Minister of International Business and Commerce Donville Inniss has rubbished a report this week which lists Barbados among 19 “secrecy jurisdictions” where some of the world’s biggest businesses, heads of state, including Queen Elizabeth II, and global figures in politics, entertainment and sport are said to be sheltering their wealth from the taxman at home.
The details on these secret dealings come from a leak of 13.4 million files referred to as the Paradise Papers, that expose the global environments that allow the wealthiest corporations and individuals to legally protect their wealth.
The material, which has come from two offshore service providers and the company registries of the 19 so-called tax havens, was obtained by the German newspaper Süddeutsche Zeitung and shared by the International Consortium of Investigative Journalists.
Barbados was among 12 Caribbean jurisdictions mentioned in the leaked documents related to offshore law firm Appleby. The others are Antigua and Barbuda, Aruba, the Bahamas, Bermuda, the Cayman Islands, Dominica, Grenada, St Kitts and Nevis, St Lucia, St Vincent and the Grenadines, and Trinidad and Tobago.
Rushing to the defence of the country’s international business reputation, Inniss said that while he had no doubt that some territories functioned as tax havens, to place Barbados in this category was baseless and an “insult to common sense”.
“Nothing really surprises me because there is a group of individuals and entities around the world that seem to exist solely to spread a lot of rumours and to cause a lot of confusion. I don’t deny that there are jurisdictions that may facilitate tax evasion and some illicit activities, but Barbados, I must stress over and over again, is not that kind of domicile,” the minister told Barbados TODAY at the Radisson Aquatica Resort on Bay Street, St Michael, where he addressed the opening of a regional training workshop on ISO/IEC, a joint technical committee of the International Organization for Standardization (ISO) and the International Electrotechnical Commission (IEC) whose aim is to develop, maintain and promote standards in the fields of information technology and information and communications technology.
As a matter of fact, the minister said, contrary to suggestions in the report, businesses were more likely to complain that Government and banking regulations were too strict.
He told Barbados TODAY, banks were “well regulated and adhere to the highest possible standards” that sometimes make it difficult to deal with them.
“I have had potential investors complain about the difficulty in dealing with some of our systems and I have always contended that if you can legitimately do business in Barbados you can legitimately be doing business anywhere in the world. The minute you want shortcuts take your business elsewhere,” Inniss stressed.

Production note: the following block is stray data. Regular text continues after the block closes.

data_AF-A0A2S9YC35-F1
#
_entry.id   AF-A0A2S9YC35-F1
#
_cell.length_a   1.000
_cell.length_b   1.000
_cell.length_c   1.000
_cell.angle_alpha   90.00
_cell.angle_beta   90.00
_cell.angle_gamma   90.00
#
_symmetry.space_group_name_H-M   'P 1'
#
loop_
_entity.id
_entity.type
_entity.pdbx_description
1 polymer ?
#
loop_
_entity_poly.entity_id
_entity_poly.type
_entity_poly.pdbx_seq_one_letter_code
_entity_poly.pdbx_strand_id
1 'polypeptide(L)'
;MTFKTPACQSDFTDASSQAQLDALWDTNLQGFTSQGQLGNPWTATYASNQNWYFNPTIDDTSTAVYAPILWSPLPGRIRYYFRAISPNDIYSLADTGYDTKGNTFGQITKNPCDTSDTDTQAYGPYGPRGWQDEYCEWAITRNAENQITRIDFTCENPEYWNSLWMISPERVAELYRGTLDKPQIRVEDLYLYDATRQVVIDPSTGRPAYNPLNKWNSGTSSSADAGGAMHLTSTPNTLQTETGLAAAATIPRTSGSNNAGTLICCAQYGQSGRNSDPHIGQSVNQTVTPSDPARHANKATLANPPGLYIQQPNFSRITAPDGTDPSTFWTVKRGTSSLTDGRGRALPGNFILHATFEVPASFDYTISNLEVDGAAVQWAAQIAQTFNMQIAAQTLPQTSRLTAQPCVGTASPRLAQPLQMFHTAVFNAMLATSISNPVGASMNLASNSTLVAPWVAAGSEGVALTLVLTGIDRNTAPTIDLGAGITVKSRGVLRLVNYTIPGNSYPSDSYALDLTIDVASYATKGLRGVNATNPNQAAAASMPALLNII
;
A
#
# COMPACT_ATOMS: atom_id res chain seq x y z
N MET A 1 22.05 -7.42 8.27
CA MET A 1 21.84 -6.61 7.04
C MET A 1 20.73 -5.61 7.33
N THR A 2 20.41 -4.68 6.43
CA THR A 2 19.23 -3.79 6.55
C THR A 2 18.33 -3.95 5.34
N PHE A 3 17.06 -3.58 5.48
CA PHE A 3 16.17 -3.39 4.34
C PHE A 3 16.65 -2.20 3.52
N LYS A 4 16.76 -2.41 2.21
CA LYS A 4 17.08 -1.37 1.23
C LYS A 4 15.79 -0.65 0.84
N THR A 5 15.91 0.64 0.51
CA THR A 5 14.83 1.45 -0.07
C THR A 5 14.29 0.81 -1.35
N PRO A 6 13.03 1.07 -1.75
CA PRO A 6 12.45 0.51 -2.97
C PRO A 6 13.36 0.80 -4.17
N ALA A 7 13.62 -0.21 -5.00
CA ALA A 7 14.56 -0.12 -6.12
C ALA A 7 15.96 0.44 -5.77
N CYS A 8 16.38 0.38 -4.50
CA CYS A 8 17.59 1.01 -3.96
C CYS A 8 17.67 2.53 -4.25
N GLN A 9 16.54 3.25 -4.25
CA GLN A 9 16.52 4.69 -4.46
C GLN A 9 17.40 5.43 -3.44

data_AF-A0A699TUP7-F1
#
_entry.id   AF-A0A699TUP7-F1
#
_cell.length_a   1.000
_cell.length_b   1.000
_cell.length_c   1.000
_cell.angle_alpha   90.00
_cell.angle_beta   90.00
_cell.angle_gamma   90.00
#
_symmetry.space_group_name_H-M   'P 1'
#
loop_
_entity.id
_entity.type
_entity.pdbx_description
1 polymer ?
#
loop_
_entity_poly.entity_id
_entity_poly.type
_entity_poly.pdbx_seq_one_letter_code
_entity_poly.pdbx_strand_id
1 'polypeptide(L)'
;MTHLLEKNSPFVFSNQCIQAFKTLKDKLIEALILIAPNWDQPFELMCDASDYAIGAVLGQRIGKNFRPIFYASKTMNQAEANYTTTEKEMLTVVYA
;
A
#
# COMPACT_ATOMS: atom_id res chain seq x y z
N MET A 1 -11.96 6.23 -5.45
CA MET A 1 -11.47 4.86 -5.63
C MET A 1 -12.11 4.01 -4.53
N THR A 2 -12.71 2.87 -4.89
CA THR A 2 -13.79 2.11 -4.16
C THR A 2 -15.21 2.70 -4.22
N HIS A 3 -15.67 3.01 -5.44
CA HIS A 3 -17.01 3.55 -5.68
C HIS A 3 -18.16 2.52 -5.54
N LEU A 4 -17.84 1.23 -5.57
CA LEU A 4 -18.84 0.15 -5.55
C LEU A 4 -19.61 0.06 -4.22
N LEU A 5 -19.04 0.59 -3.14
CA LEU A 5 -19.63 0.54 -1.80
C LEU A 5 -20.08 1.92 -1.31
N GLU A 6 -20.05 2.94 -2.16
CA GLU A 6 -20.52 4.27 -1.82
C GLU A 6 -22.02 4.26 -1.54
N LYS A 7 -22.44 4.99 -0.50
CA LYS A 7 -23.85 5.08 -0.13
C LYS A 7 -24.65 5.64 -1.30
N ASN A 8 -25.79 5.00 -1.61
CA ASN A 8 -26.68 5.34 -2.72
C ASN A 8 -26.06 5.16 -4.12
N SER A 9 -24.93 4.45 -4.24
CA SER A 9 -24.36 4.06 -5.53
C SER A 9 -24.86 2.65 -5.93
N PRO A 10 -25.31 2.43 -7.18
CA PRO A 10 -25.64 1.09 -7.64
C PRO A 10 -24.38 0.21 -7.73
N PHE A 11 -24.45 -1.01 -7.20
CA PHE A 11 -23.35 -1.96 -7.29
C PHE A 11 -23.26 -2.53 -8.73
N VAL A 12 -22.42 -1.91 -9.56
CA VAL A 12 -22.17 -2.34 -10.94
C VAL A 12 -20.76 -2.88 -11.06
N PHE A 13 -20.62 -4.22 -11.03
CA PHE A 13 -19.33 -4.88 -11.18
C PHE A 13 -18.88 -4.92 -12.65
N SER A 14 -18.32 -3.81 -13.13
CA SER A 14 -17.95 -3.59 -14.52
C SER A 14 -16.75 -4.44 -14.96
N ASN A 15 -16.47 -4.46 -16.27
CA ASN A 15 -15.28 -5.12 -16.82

“We have never been a country that could justifiably earn the reputation of being a tax haven . . . . It does not mean that we would not find a few who would do things in our domicile that are not welcomed but to suggest that Barbados is a tax haven makes no sense,” said Inniss, adding that the authors of the report did not take the time to educate themselves on the way business is done here.
Inniss was more measured this morning than when he angrily dismissed as “wicked”, “mischievous” and “grossly misleading”, the categorization last December of Barbados by the UK-based aid and development charity Oxfam as one of the world’s 15 worst tax havens.
In a no-holds-barred reaction to the listing, Inniss had told Barbados TODAY the charity, which focuses on the alleviation of global poverty, did not have the credibility or authority to determine whether or not Barbados was a tax haven.
In recent years the minister has been forced to defend the country’s international business reputation as various organisations, and even local governments in the United States, blacklist the country as a tax haven.
In April of this year the US State of Illinois infuriated the minister when it blacklisted this country following the introduction of a new bill by the state’s house of representatives forbidding business groups or those operating in jurisdictions considered “foreign tax havens” from submitting a bid or entering into a contract with the state of Illinois and restricting “expatriate corporations” in the countries named from doing business with the state.
“Once again such legislative action reflects the genuine abundance of ignorance on international tax policy matters that permeates the corridors of political power in some states and countries,” Inniss complained at the time.
In 2013 Inniss visited Canada where he sought to counteract negative comments that branded Barbados as a tax haven by reassuring Canadian investors that Barbados’ actions were above board.
In a message to approximately 100 Canadian company advisors and potential investors, Inniss reiterated that the island was still a domicile of choice for international business.
He noted at the time that the Government mission had visited Ottawa against the backdrop of increased public outcry and condemnation of jurisdictions around the world that offered low-cost solutions to those doing international business.
Last year, Inniss also said there was an opportunity for Barbados to raise its profile as a tax jurisdiction, amidst the then Panama Papers scandal.
Thirty-four companies from Barbados were listed in the Panama Papers, described at the time as history’s biggest data leak with an unprecedented 11.5 million files from the database of the world’s biggest offshore law firm, Mossack Fonseca.
Inniss said then that Barbados was not a tax haven but a compliant jurisdiction with legitimate tax structures, a feature he said the country should promote to its advantage.